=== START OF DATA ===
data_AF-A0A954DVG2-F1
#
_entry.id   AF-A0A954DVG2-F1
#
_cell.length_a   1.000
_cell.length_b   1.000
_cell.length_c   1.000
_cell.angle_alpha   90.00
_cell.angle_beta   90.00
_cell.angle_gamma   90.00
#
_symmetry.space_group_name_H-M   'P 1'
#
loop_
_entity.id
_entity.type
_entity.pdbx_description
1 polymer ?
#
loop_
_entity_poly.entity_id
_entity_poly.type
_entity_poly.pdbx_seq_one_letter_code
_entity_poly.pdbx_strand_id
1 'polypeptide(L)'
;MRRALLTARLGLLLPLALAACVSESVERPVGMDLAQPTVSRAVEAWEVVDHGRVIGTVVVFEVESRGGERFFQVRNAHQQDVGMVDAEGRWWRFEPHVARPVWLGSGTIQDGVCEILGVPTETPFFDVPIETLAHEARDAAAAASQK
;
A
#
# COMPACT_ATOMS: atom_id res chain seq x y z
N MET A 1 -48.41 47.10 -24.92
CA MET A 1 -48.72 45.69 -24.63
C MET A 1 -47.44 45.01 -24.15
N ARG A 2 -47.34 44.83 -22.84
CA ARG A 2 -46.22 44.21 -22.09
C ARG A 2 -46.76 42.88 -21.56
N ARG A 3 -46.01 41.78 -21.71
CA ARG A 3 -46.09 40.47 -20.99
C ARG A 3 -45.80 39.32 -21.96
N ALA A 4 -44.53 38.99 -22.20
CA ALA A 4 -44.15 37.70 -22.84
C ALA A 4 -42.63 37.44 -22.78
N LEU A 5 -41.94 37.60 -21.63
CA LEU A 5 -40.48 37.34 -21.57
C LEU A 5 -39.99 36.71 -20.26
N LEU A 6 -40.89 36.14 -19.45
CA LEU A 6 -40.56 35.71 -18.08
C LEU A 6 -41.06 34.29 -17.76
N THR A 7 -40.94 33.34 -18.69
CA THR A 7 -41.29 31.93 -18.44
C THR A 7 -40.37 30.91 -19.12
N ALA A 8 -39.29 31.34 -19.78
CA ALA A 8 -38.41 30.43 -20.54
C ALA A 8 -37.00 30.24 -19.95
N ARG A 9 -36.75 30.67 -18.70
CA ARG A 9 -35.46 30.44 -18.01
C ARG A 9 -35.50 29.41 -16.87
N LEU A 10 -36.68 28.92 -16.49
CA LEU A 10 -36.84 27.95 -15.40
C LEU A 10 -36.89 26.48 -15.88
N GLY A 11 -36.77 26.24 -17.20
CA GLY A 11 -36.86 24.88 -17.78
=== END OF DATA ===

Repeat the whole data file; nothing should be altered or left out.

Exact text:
data_AF-A0A954DVG2-F1
#
_entry.id   AF-A0A954DVG2-F1
#
_cell.length_a   1.000
_cell.length_b   1.000
_cell.length_c   1.000
_cell.angle_alpha   90.00
_cell.angle_beta   90.00
_cell.angle_gamma   90.00
#
_symmetry.space_group_name_H-M   'P 1'
#
loop_
_entity.id
_entity.type
_entity.pdbx_description
1 polymer ?
#
loop_
_entity_poly.entity_id
_entity_poly.type
_entity_poly.pdbx_seq_one_letter_code
_entity_poly.pdbx_strand_id
1 'polypeptide(L)'
;MRRALLTARLGLLLPLALAACVSESVERPVGMDLAQPTVSRAVEAWEVVDHGRVIGTVVVFEVESRGGERFFQVRNAHQQDVGMVDAEGRWWRFEPHVARPVWLGSGTIQDGVCEILGVPTETPFFDVPIETLAHEARDAAAAASQK
;
A
#
# COMPACT_ATOMS: atom_id res chain seq x y z
N MET A 1 -48.41 47.10 -24.92
CA MET A 1 -48.72 45.69 -24.63
C MET A 1 -47.44 45.01 -24.15
N ARG A 2 -47.34 44.83 -22.84
CA ARG A 2 -46.22 44.21 -22.09
C ARG A 2 -46.76 42.88 -21.56
N ARG A 3 -46.01 41.78 -21.71
CA ARG A 3 -46.09 40.47 -20.99
C ARG A 3 -45.80 39.32 -21.96
N ALA A 4 -44.53 38.99 -22.20
CA ALA A 4 -44.15 37.70 -22.84
C ALA A 4 -42.63 37.44 -22.78
N LEU A 5 -41.94 37.60 -21.63
CA LEU A 5 -40.48 37.34 -21.57
C LEU A 5 -39.99 36.71 -20.26
N LEU A 6 -40.89 36.14 -19.45
CA LEU A 6 -40.56 35.71 -18.08
C LEU A 6 -41.06 34.29 -17.76
N THR A 7 -40.94 33.34 -18.69
CA THR A 7 -41.29 31.93 -18.44
C THR A 7 -40.37 30.91 -19.12
N ALA A 8 -39.29 31.34 -19.78
CA ALA A 8 -38.41 30.43 -20.54
C ALA A 8 -37.00 30.24 -19.95
N ARG A 9 -36.75 30.67 -18.70
CA ARG A 9 -35.46 30.44 -18.01
C ARG A 9 -35.50 29.41 -16.87
N LEU A 10 -36.68 28.92 -16.49
CA LEU A 10 -36.84 27.95 -15.40
C LEU A 10 -36.89 26.48 -15.88
N GLY A 11 -36.77 26.24 -17.20
CA GLY A 11 -36.86 24.88 -17.78